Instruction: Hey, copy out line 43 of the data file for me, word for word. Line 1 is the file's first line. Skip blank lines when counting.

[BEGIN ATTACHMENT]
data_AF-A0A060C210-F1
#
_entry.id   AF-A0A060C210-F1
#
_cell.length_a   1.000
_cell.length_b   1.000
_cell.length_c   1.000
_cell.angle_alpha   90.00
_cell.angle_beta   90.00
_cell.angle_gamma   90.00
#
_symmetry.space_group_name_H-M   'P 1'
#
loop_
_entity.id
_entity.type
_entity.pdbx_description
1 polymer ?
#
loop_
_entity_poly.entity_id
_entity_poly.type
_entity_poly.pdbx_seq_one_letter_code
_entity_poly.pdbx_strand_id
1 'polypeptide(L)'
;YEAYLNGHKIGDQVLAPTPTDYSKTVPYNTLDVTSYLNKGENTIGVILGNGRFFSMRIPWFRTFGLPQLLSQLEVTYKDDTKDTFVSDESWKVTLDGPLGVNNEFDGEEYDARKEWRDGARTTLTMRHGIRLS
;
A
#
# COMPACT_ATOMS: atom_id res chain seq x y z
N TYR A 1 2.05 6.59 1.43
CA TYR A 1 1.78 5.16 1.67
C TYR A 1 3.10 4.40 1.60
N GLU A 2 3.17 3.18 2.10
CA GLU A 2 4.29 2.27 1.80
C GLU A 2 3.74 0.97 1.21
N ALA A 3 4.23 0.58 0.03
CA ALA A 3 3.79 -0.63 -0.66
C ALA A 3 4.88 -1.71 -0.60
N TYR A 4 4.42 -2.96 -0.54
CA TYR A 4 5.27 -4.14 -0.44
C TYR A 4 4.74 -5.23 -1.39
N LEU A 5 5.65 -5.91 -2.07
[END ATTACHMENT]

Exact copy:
N LEU A 5 5.65 -5.91 -2.07